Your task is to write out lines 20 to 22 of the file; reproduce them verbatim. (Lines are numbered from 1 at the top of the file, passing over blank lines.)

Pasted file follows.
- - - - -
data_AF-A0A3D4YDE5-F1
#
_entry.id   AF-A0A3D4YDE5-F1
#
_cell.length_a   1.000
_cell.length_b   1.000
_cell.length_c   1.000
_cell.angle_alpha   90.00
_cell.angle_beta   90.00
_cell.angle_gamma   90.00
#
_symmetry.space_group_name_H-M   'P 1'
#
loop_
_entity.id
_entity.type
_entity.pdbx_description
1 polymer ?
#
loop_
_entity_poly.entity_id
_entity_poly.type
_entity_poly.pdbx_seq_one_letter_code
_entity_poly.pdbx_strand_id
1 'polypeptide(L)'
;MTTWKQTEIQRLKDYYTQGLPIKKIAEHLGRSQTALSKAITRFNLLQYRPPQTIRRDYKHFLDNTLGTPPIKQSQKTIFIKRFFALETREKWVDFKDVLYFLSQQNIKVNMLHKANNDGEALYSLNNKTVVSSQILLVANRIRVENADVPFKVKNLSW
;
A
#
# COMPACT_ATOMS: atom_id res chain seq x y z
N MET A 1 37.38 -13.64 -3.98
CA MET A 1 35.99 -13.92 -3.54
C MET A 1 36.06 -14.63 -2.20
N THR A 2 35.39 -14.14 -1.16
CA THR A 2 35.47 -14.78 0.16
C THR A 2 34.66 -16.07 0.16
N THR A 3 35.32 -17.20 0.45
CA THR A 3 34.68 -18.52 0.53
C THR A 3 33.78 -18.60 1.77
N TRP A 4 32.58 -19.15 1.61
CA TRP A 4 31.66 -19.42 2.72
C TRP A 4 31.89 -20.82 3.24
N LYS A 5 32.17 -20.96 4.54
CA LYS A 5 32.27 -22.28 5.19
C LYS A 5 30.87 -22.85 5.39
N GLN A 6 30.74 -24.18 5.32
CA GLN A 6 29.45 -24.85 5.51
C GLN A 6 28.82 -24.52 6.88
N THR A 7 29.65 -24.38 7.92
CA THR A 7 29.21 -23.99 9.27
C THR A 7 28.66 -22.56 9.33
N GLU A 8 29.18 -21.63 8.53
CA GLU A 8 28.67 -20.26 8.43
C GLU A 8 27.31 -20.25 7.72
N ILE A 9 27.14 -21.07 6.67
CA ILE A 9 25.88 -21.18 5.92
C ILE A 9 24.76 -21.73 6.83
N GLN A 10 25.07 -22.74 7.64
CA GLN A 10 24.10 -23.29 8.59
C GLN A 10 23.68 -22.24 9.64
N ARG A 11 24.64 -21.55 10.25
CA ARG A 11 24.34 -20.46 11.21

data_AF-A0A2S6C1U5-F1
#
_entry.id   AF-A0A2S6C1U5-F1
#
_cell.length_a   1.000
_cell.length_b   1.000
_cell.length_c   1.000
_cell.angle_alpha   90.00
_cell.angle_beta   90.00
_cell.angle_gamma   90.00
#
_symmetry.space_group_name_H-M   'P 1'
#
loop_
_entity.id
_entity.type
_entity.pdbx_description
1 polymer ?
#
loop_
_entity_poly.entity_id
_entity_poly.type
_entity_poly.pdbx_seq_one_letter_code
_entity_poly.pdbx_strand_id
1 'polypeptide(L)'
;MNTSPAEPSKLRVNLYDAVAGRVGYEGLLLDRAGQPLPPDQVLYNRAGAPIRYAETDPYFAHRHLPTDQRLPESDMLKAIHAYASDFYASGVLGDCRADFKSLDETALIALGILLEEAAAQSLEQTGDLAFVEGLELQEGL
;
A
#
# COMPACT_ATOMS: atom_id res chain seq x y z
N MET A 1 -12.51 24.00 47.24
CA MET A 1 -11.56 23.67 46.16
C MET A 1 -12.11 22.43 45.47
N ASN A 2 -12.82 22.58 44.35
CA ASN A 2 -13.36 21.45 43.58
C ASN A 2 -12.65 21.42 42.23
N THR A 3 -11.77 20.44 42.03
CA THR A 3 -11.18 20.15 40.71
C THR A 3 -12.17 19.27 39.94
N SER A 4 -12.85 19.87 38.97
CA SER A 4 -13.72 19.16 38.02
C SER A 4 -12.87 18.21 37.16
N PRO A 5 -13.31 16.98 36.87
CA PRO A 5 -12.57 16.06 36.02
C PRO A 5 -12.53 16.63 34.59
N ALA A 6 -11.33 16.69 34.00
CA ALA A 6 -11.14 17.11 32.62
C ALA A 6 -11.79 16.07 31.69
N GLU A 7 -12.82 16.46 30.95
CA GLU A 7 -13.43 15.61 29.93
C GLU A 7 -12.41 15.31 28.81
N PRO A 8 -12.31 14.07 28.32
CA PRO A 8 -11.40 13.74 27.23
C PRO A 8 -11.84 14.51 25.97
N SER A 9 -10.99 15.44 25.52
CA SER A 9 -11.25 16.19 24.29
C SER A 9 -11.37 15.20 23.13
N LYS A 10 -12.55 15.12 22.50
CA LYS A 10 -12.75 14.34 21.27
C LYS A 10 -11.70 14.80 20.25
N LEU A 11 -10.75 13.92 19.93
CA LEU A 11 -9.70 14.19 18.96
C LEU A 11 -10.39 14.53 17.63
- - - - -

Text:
loop_
_entity_poly.entity_id
_entity_poly.type